Pre-season prediction: 11th
Actual finish: 11th
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St George Illawarra Dragons 2017 Player Movements
|2017 Gains: Levi Dodd (2017), Jacob Hind (2017), Josh Kerr (Melbourne Storm, 2018), Chris Lewis (2017), Nene Macdonald (Gold Coast Titans, 2019), Cameron McInnes (South Sydney Rabbitohs, 2018), Tariq Sims (Mid Season: Newcastle Knights, 2019), Paul Vaughan (Canberra Raiders, 2019)|
|2017 Losses: Tom Carr (Canterbury-Bankstown Bulldogs), Mike Cooper (Warrington Wolves), Ben Creagh (retired), Dylan Farrell (retired), Sebastine Ikahihifo (Huddersfield Giants), Dunamis Lui (Canberra Raiders), Benji Marshall (Brisbane Broncos), Peter Mata'utia (Newcastle Knights), Adam Quinlan (Hull Kingston Rovers), Mitch Rein (Penrith Panthers)|
|Re-Signed: Matt Dufty (2018), Jai Field (2019), Tyson Frizell (2020), Reuben Garrick (2018), Patrick Herbert (2018), Luciano Leilua (2018), Jake Marketo (2017), Reece Robson (2019), Hame Sele (2018), Joel Thompson (2018)|
|Off Contract 2016:|
|2017 Coach: Paul McGregor|
2016 never shaped as a season the Dragons were likely to trouble the big guns on a consistent basis, but given the make-up of the side, fans of the Red V could have been forgiven for expecting to be in the reckoning come finals time.
Josh Dugan is one of the elite fullbacks of the competition, and despite an early move into centres, can light up any game, at any time, from any position.
Gareth Widdop remains a five-eighth held in high regard, while Mann, Nightingale and Aitken all looked eager and capable heading into the season.
Unfortunately, the Dragons attack never really hit their straps and their season never really fired as a result. They petered out and quite frankly never looked finals bound at any stage during 2016.
Star player: Tyson Frizell
On paper, Frizell’s stats aren’t anything to write home about, but he efforts went well beyond his output of three tries and one line-break, in 2016 that saw him become an Origin star.
The Dragons pack weren’t always able to lay down a platform needed for Widdop, Marshall and co to create try-scoring opportunities, but it was never down to a lack of effort or output from the future rep main-stay.
Frizell powered to almost 100 metres per game, made over 30 tackles per game, and created plenty of second phase play with his ability to offload.
To think that Frizell is still only 25 is pretty scary, as is the ceiling on just how good this kid can become. 2017 shapes as a monster year.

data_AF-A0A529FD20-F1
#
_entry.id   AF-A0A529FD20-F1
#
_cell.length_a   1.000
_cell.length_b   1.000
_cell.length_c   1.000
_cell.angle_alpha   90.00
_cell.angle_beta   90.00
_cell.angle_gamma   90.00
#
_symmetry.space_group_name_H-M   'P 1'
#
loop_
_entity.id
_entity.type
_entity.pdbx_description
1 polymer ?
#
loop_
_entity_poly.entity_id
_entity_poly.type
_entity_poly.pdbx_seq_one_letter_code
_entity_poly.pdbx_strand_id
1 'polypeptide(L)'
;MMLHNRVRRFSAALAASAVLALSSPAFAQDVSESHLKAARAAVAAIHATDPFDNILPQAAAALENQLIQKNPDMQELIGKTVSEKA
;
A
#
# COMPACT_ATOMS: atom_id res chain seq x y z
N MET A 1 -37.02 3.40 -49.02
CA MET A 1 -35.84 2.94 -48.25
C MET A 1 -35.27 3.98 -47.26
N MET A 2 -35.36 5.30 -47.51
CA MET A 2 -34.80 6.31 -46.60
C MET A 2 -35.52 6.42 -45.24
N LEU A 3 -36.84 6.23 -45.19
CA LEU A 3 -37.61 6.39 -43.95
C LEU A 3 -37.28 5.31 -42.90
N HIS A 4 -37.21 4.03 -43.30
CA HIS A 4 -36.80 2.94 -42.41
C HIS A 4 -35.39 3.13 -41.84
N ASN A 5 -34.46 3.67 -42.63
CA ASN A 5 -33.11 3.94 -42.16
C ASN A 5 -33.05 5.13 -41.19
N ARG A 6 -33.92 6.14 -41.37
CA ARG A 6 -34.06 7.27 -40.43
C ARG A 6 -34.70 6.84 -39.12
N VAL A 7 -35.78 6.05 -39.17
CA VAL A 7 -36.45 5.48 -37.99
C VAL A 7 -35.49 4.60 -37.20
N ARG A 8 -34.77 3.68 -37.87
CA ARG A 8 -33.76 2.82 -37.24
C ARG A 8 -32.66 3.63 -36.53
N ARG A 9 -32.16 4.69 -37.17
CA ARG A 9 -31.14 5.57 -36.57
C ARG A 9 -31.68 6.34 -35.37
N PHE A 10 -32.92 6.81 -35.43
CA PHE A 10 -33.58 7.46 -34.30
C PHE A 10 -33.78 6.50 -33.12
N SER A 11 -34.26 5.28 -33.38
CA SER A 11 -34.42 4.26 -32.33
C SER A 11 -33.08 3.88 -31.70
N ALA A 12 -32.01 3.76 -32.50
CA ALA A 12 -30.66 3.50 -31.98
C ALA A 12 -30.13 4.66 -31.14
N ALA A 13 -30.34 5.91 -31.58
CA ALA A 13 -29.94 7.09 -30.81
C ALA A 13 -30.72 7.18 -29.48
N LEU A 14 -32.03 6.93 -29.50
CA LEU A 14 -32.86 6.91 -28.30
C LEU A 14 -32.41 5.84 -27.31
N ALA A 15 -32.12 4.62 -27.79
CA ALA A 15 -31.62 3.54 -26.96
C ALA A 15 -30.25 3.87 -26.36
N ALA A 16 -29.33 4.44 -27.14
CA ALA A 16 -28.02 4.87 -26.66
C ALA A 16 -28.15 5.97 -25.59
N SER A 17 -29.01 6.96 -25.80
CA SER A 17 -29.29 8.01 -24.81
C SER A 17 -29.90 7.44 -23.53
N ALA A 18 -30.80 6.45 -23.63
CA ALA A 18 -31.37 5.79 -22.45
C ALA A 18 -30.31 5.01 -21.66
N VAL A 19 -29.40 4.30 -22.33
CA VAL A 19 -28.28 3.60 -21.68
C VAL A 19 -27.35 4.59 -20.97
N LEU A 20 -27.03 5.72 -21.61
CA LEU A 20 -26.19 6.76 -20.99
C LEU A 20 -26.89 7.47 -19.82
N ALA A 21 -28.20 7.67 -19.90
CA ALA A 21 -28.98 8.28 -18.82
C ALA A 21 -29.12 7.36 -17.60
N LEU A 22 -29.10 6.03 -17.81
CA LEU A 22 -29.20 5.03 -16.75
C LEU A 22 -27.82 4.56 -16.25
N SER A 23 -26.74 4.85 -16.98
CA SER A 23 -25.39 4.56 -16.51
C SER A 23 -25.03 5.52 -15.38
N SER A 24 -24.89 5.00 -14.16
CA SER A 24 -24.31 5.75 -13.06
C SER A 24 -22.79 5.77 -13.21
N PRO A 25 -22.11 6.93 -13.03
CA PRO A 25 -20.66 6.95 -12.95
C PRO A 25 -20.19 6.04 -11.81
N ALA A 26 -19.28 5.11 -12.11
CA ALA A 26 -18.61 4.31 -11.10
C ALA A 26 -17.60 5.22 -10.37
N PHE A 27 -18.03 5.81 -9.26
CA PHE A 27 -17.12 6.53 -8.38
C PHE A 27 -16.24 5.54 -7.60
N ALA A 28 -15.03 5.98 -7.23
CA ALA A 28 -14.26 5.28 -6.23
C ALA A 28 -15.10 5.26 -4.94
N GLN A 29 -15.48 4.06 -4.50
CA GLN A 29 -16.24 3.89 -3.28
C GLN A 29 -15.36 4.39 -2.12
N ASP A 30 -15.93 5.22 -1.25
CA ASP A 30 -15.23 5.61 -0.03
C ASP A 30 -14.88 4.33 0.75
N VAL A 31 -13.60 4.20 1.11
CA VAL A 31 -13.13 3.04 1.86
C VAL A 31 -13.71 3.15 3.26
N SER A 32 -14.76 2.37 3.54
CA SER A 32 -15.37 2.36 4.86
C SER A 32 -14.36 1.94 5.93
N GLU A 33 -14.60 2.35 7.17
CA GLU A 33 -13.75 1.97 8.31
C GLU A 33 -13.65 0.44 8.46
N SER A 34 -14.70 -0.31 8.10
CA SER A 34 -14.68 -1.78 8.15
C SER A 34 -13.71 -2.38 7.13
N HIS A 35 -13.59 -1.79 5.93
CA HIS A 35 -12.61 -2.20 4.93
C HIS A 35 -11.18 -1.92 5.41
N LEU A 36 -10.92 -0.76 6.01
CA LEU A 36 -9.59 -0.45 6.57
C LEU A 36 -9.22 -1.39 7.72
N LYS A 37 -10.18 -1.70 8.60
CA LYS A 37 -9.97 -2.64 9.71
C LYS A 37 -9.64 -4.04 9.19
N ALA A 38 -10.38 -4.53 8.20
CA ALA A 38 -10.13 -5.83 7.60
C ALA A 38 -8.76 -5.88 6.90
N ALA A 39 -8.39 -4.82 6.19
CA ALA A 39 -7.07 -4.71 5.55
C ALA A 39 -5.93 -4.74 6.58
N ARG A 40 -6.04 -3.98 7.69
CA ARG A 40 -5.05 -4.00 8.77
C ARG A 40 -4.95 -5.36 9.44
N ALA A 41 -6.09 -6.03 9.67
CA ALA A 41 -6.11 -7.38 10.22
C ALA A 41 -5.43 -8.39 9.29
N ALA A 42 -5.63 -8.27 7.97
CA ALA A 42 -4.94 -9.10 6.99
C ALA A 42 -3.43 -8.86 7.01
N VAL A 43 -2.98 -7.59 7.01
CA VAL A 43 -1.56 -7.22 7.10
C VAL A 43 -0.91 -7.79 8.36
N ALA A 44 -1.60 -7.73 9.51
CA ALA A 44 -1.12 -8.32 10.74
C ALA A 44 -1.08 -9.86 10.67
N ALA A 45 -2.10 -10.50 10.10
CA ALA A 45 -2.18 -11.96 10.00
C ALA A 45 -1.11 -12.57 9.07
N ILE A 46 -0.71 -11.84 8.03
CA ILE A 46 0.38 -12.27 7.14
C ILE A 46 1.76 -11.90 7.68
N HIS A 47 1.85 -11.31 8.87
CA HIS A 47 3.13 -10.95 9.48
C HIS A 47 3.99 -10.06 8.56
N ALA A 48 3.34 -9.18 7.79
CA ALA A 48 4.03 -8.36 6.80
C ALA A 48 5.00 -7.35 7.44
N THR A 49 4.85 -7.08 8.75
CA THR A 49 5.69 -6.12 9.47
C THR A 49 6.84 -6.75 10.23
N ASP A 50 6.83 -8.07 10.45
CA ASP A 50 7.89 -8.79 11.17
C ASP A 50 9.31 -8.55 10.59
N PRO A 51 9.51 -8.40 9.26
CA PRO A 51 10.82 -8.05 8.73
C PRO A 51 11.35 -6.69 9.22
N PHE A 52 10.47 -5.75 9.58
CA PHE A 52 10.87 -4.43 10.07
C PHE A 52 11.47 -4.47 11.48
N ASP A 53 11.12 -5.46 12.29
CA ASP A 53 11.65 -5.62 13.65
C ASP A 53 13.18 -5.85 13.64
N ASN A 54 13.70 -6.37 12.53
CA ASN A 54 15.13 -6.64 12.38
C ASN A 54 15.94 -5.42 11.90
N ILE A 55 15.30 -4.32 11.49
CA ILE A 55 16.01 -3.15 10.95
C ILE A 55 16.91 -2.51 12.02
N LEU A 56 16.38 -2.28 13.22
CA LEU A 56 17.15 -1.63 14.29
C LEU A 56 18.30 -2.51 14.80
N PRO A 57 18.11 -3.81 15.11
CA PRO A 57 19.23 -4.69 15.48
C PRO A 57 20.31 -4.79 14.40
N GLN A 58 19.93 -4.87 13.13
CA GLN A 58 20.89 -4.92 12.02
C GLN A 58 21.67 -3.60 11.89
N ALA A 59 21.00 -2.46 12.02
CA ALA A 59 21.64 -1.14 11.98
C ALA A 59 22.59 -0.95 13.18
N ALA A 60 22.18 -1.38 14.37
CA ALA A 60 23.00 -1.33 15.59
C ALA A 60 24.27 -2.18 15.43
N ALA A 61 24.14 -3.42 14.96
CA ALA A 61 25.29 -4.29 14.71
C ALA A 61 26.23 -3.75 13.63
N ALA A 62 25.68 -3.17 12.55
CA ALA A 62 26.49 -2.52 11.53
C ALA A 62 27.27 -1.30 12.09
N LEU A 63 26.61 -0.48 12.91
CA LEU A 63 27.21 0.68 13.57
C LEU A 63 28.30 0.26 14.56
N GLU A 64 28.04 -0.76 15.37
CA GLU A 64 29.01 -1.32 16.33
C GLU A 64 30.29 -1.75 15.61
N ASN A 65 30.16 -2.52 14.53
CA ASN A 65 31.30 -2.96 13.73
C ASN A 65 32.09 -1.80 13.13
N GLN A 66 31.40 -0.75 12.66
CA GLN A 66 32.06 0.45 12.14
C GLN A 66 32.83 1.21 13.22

Season highlight: 32-18 win over the Sharks in Round 23
The Dragons avenged their horror round two belting at the hands of their local rivals the Sharks by returning serve on a cold Saturday night, in front of their loyal fans.
After gifting a try to Valentine Holmes, the Dragons seemed to click into gear, scoring with an ease they would not enjoy with any consistency in 2016.
The Sharks didn’t lose many one-on-one battles in 2016, but they lost nearly every battle across the park as a fan more determined Dragons outfit.
Although on the night, Dragons fans were beyond happy, the ability to put one of the best sides in the competition away will frustrate fans and have them asking why their side was unable to perform like this more often.
Best signing: Paul Vaughan
The Dragons had a few spots to fill in their squad heading into 2017. Atop that list were the need for a creative half and a creative ball-playing forward capable of making plenty of metres.
The jury will be out on the decisions made re the halfback role, however, in Paul Vaughan they have signed a big man, with an even bigger upside.
To be honest, I’m not sure why Vaughan fell out of favour in the nation’s capital, but fans of the Red V won’t be concerned as Vaughan chose to make a lucrative move north.
Vaughan is capable of anything and will be looked upon as a pack leader for the Dragons. With Vaughan joining the likes of Frizell, Thompson and Sims in the pack, the Dragons backline should be afforded plenty of space to create points.
Josh Dugan’s brilliant Four-Nations in the centres: Josh Dugan is a freak of a player. He would walk into most sides in the world, in any position across the back five. He seems as though he wants to play in the centres, despite being a mile ahead of the next best fullback at the club. That said, Dugan will be the best player in any position, and his performances for the Kangaroos in the centres make it hard to deny him a starting role in the centres next season. He and Aitken should provide plenty of attack out wide.
A new season: This may sound like a cop out but I’m very genuine in saying this. 2017 is a new season. Unless you’re the Sharks or Knights, 2016 doesn’t count for much. Anyone who finishes between 15th and 2nd enters the new season having largely forgotten the previous year. 2016 wasn’t a horror season, but it also wasn’t very good. It’s in the past now, and the attacking woes, the defensive struggles, the ill-discipline are now in the past.
Season Grading: D
The Dragons were far from the worst side in 2016, but at times they were arguably the worst side to watch. I was pulling my hair out at the lack of creativity, I have no idea how fans of the Red V managed.
The Kurt Mann experiment at fullback bombed terribly, although he ultimately ended up being the most potent member of their backline once moved to the wing.
Benji Marshall’s exit was supposed to usher in the Drew Hutchinson era, however, a pre-season injury means the Dragons are looking for a halves partner for Gareth Widdop. Josh McCrone is likely to be the man to step into the vacant number seven, and a lot will rest on his ability to find the form that once saw him earmarked as a future star in Canberra.
Paul McGregor enters 2017 under immense pressure and could find himself in some tough press conferences should his side fail to fire early.
I hope for fans of the Dragons sake, they are able to find a way to try-line, and quickly.